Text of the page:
Guest blog: Create Streets

What tends to go well when estate regeneration is a success

I’m the director of Create Streets, a social enterprise. We’re a fairly unusual organisation, because we work on the built environment in a wide range of different ways. We do a lot of research into the impact of the built environment on things like wellbeing and happiness. But we also do a lot of ‘practical’ work, advising on how to make developments, and the development process work better (advice that often comes out of our research.) For this we are normally hired by communities themselves. Sometimes local authorities or Registered Social Landlords (RSLs - what used to be known as housing associations) bring us in. As such we have an unusually broad perspective of the different ways new developments can happen, and what the pressures and requirements of everyone involved are. This extends to estate regeneration, on which we’ve spent quite a lot of time researching and advising.

What we’ve observed is that while some estate regenerations don’t go well, are not well managed and are not always fair to existing residents, there are many architects, social landlords and developers who are excellent at it. We’re passionate that this should be the case in all estate regenerations.

When we study estate regenerations, we evaluate how well different developments are likely to optimise resident wellbeing and long-term value. Our framework asks seven critical questions of a regeneration:

We believe that there’s frankly little point in changing the urban fabric of a place if it doesn’t pass all or nearly all of these tests. A development that fails several of these tests could well end up doing more harm than good.
Based on our experience best practice normally involves; engaging with residents early and when real decisions still need to be made, and working with partners who understand that this is not a ‘commercial’ deal with a social ‘cost’ but an act of social and housing policy which needs to work financially. We tend to only work with local authorities or RSLs that are trying to do these things.

It’s probably fair to say that not even the best examples of estate regeneration are ‘perfect’. Perfection is probably impossible in the necessarily messy and difficult process of estate regeneration. There will always be trade-offs. But the outcomes, we think, can be very worth the hassle.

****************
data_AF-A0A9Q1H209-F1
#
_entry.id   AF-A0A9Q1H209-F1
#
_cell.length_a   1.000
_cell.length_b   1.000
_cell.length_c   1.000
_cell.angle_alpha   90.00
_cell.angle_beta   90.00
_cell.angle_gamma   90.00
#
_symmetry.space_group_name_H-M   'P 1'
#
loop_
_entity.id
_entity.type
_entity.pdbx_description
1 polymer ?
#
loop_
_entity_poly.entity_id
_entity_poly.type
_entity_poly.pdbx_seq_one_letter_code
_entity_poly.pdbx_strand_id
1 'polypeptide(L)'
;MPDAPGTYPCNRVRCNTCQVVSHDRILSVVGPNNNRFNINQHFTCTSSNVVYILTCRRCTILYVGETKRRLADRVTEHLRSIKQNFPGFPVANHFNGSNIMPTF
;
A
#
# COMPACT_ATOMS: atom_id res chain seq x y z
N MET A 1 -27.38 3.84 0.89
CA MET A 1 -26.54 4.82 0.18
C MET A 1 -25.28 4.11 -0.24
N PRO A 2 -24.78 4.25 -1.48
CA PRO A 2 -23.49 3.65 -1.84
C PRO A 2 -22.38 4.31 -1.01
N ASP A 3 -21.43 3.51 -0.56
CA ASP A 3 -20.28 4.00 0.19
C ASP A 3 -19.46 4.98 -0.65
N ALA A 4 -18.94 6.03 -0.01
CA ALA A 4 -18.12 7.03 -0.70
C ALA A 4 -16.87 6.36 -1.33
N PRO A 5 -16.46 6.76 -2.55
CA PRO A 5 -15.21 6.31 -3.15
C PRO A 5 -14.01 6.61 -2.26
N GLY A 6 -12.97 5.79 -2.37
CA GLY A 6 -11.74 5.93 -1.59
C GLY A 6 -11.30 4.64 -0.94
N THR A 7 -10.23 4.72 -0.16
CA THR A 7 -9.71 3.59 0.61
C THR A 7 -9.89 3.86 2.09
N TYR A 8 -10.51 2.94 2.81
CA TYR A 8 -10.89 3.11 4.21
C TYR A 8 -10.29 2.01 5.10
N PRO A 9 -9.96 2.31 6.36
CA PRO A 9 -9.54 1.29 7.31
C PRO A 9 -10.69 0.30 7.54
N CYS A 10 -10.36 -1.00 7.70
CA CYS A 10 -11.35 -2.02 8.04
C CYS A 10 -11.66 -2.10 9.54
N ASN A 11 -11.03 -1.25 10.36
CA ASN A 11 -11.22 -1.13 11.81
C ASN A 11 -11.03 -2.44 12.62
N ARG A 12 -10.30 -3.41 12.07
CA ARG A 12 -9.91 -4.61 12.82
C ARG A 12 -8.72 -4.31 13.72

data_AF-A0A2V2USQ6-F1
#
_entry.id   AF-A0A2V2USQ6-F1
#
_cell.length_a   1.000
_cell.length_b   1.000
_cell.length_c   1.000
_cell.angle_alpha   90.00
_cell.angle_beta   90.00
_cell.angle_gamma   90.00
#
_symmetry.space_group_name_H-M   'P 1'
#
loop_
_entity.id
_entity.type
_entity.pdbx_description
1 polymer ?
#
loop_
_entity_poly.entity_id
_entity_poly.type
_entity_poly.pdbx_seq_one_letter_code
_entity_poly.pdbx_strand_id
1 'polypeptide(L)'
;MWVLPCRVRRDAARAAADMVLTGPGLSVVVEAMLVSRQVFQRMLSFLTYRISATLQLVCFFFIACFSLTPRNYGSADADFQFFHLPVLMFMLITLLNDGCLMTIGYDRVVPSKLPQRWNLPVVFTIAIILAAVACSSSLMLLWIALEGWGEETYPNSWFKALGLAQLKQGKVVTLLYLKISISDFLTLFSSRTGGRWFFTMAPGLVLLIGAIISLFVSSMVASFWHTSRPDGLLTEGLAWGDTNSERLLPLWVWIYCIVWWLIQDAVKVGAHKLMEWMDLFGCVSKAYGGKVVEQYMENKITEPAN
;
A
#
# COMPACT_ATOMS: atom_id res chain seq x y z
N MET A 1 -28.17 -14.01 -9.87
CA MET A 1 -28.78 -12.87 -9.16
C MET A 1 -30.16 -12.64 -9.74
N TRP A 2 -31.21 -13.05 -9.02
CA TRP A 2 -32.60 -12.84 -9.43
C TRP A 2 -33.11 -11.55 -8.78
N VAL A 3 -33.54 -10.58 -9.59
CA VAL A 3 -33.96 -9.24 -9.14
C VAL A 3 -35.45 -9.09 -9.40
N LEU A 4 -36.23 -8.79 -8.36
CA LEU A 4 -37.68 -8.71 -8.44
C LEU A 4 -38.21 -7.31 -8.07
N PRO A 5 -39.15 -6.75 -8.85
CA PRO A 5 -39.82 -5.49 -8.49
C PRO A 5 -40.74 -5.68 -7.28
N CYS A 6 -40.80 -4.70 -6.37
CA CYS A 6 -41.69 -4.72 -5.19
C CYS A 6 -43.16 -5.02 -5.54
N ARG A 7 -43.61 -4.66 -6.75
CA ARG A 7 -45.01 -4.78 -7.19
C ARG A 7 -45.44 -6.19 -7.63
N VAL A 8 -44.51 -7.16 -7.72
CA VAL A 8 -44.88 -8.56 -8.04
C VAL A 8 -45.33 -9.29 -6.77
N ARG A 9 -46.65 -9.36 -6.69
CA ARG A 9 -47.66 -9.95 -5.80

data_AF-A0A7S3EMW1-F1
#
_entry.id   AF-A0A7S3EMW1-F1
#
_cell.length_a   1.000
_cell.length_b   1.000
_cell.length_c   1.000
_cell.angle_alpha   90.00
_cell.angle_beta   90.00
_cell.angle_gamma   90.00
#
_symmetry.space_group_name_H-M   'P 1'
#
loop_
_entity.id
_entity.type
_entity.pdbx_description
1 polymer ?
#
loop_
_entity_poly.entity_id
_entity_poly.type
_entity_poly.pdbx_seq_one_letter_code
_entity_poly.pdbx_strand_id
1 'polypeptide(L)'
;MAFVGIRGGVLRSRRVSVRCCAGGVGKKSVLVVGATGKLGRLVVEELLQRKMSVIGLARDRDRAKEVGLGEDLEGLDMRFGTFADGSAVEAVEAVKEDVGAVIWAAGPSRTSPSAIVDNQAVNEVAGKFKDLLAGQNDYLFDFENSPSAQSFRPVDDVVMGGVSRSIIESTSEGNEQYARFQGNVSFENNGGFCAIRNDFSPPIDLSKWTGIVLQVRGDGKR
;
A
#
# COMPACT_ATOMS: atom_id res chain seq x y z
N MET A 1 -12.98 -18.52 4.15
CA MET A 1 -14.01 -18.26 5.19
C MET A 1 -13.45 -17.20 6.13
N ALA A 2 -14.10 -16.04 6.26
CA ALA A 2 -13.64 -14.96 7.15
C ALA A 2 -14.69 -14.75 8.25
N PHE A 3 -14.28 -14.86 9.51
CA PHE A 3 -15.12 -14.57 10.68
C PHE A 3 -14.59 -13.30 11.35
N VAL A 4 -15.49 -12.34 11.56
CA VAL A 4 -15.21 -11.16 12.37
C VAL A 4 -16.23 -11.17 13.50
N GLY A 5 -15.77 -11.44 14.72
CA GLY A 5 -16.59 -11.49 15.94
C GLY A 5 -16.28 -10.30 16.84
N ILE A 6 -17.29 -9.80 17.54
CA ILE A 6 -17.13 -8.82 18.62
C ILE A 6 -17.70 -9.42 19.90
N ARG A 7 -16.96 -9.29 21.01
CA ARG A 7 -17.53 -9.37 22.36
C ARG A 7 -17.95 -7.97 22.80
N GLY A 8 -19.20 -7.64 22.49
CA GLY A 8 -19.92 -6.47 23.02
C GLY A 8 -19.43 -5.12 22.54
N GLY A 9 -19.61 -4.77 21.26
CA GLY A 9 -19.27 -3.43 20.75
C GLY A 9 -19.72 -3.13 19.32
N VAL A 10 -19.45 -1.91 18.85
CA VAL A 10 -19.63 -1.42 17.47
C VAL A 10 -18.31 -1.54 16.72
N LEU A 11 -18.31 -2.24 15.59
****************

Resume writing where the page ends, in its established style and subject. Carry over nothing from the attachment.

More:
I sat on the government’s estate regeneration panel, which looked look at how the layout of estates can be best used to deliver more quality homes. Along with a host of other figures from the industry, I contributed towards the creation of a national estate regeneration strategy, a document which aimed to ‘deliver more and better-quality housing, drive local growth and improve outcomes for residents.’ The panel’s discussions also led to a document outlining some case studies of where regeneration was done well.

It’s certainly true that there have been a number of high profile, highly controversial sites, such as Heygate or Earls Court in London, where a variety of mistakes have led some residents to campaign against the changes. This can lead to extensive media coverage. But for every one of these, there are many which proceed very well and to residents’ very evident satisfaction. As a resident at Myatts’ Fields North, in south London, told us: ‘It’s just great, so much better.’

It’s worth repeating that no one says that estate regeneration is easy. As former government minister Lord Adonis has said:

In my experience of public policy and government, big challenges do not always require complex solutions. Often the essential reforms are simple. I am also wary of the gibe: “If it were simple, it would have been done already.” This confuses “simple” with “easy”’.

Regenerating estates, sometimes knocking all or parts of them down should be difficult. Regeneration deals with people’s homes, after all. But sometimes it is right to ask how better homes can be built in better neighbourhoods, in conjunction with both current and future residents. We very much think it should be done well, and can be done well.

Nicholas Boys Smith

Create Streets, September 2017